Feb. 4, 2021Print | PDF
Professor Robert McLeman used the advice he typically gives Wilfrid Laurier University students in his undergraduate Environment, Sustainability and Society class when transitioning the course to a remote learning environment last fall.
“I want my students to know it is okay to feel overwhelmed,” says McLeman. “Once you recognize the significance of life’s major milestones and transition points, you can exhale and then start to think about answering the important question: ‘Where’s my community here?’.”
Many of the more than 200 students in the course are in their first year of university and study across disciplines. The question McLeman wanted to address ahead of the fall 2020 term was how to restructure the course in a way that made it easy to navigate while integrating meaningful opportunities for virtual engagement that would allow students to find their community.
Using remote instruction resources developed by Laurier’s Teaching and Learning team, McLeman integrated connection points for students in an attempt to create experiences similar to on-campus interactions. He also introduced new assignments that provided students the freedom to align personal interests with course concepts and found ways to share his personality and interests with the class.
“Regardless of how they go about it, it is truly meaningful when a professor, teaching assistant or instructional assistant takes it upon themselves to make students feel comfortable and welcome,” says student Cameron Beard.
The buzz of students catching up with each other before a lecture or post-class questions for the professor are a challenge – but not an impossibility – to reconceptualise in a remote environment, McLeman says. He advocates for regular use of the chat function during virtual lectures so students who are joining in from around the globe can engage with course concepts and get to know one another.
“Even though we’re not physically together, students need to feel like they are active participants in their courses and a part of Laurier.”
At the start of the first lecture of fall semester, McLeman posed a question: “What band should I be listening to right now?” That created a burst of activity in the chat room.
“We’re all stuck at home and music is such a part of all of our lives,” says McLeman “I had so many messages coming in and some students who are musicians shared links to their own music. It started a conversation and established a point of connection between us.”
In her role as an instructional assistant for the course, Environmental Studies student Edi Cadham moderates the class chat and lets McLeman know when someone has a comment or question to share. Cadham completed the course in 2019, so she also serves as a peer-to-peer expert, answering some content-related questions as well as questions about expectations outlined in the course syllabus.
Another way personality can shine through online is by using pictures and video. McLeman records and posts online introductory videos to launch the theme for each week of class and adds pictures of himself working in the field to his presentations. He also asks students who are able to turn their cameras and microphones on at the end of class so they can have some “face time.”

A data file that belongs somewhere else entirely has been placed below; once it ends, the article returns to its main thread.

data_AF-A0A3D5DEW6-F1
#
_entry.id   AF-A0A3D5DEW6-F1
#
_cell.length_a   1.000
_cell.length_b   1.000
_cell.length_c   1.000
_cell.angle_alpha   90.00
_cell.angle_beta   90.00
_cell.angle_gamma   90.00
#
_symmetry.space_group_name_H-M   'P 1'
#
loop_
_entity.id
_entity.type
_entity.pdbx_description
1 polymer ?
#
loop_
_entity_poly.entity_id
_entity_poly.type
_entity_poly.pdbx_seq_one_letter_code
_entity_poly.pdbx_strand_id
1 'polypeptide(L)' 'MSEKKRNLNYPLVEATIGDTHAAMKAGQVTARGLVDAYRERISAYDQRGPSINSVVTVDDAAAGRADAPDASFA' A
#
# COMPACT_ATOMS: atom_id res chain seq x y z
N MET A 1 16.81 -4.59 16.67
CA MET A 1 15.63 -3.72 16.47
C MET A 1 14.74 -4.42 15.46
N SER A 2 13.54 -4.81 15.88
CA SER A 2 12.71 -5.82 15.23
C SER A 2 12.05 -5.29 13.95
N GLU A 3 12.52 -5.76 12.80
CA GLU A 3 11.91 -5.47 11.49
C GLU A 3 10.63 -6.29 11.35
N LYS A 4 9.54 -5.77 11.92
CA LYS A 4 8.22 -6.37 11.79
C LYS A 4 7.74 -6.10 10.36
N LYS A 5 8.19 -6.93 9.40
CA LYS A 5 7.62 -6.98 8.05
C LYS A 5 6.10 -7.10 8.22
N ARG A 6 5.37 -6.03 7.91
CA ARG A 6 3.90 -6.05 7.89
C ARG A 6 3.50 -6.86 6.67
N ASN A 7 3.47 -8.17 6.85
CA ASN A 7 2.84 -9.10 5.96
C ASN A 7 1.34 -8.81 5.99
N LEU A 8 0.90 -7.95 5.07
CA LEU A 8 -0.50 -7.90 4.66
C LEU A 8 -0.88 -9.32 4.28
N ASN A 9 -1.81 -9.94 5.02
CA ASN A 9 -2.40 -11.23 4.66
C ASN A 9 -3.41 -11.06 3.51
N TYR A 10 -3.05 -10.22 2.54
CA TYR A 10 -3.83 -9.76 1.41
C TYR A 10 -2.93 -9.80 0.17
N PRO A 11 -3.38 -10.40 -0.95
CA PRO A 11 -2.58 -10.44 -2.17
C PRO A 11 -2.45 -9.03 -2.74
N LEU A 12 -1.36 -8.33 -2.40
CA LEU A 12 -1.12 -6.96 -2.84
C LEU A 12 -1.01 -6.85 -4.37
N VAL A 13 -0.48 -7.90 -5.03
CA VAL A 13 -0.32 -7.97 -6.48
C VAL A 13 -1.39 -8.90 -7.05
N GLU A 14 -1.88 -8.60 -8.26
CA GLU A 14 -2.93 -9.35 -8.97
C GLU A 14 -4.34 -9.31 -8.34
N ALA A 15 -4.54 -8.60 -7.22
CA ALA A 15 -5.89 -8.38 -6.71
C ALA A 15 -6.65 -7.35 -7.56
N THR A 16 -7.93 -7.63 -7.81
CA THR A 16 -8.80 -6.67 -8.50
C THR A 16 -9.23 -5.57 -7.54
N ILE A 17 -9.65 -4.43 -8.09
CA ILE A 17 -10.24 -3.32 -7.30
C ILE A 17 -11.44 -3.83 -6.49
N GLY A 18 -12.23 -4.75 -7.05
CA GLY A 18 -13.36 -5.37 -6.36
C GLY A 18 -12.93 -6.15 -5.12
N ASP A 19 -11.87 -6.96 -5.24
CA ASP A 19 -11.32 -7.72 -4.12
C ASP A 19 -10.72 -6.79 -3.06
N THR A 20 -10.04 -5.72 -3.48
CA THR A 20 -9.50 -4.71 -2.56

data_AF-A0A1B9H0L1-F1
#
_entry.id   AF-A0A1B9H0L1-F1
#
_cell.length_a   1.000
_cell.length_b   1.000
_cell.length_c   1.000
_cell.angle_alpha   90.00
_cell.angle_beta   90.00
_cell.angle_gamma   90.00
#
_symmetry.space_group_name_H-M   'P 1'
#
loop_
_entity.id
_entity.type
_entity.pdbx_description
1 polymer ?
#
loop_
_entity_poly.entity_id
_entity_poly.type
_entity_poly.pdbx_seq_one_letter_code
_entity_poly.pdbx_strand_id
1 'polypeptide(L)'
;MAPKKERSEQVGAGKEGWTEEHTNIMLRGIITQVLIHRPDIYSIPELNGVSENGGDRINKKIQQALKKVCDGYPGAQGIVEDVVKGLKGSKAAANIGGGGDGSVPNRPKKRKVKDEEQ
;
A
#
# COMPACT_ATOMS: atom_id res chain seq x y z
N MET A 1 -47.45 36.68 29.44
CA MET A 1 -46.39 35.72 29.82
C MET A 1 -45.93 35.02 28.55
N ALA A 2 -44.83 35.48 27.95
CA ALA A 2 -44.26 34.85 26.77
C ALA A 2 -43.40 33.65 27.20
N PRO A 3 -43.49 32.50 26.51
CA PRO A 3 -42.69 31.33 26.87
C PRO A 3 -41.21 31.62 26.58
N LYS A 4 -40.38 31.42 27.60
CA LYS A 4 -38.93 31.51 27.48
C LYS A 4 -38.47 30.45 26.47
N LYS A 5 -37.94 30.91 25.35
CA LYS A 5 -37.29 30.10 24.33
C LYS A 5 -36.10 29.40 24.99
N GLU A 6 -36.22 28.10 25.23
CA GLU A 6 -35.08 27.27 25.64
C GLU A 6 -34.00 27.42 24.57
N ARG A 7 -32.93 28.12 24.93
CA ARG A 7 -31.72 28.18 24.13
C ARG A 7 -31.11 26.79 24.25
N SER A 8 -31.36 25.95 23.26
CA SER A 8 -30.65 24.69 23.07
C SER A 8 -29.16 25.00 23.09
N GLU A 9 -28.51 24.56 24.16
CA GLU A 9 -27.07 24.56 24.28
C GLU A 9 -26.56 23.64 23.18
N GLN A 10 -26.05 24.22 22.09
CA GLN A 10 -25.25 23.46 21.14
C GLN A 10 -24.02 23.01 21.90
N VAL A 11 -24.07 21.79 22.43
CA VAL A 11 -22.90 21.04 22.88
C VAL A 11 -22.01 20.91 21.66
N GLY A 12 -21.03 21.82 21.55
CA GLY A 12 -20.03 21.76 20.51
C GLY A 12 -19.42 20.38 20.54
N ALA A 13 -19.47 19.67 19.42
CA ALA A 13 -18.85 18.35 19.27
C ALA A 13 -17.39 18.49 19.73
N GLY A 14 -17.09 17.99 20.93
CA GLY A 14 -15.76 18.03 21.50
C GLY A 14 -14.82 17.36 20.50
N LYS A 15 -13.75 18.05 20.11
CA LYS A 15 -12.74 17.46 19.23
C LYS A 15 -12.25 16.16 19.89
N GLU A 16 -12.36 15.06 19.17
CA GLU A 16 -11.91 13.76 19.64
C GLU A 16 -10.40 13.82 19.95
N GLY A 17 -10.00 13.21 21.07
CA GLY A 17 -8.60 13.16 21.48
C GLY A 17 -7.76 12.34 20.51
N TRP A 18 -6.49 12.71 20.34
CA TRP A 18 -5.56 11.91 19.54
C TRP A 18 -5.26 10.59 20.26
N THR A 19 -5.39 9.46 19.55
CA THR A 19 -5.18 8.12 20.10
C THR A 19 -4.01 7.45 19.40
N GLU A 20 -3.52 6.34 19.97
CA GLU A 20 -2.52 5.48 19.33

“This made a huge difference and made me feel less isolated despite the circumstances,” says student Rachel Biro. “Although we were all in different locations it never felt that way.”
Individual personality also came into play as McLeman redesigned his assignments for remote delivery. His new “choose-your-own” option allows students to use their creativity in creating playlists, memes and travel posters that encourage a deeper understanding of and personal connection to key course concepts, including biodiversity, food systems and climate change.
“I want to continuously improve my teaching by focusing on authentic interactions and engagement, which allows students to see that they are still progressing toward their goals.”
“Professor McLeman not only made our learning as stress free as possible, he also made me excited about environmental studies,” says Biro.
McLeman says teaching in a remote environment gives instructors the chance to provide students with more influence and control over their learning.
“Even though we’re not physically together, students need to feel like they are active participants in their courses and a part of Laurier,” says McLeman.
McLeman is back in the remote classroom with Cadham and a new cohort of students for the spring 2021 term. He says he will continue to expand his community of practice so he is ready to adapt to whatever changes and challenges lie ahead.
“It’s like a marathon and we’ve just passed a midway point,” says McLeman. “I want to continuously improve my teaching by focusing on authentic interactions and engagement, which allows students to see that they are still progressing toward their goals.”
For Beard, Biro and other Laurier students who made their entry into university during the COVID-19 pandemic, the dedicated efforts of instructors who acknowledge the need for flexibility and authentic connections helped make the experience easier.
“In the eyes of a first-year student acclimating to university life, their efforts calmed my nerves and made me feel like a valued member of the Laurier community,” says Beard.
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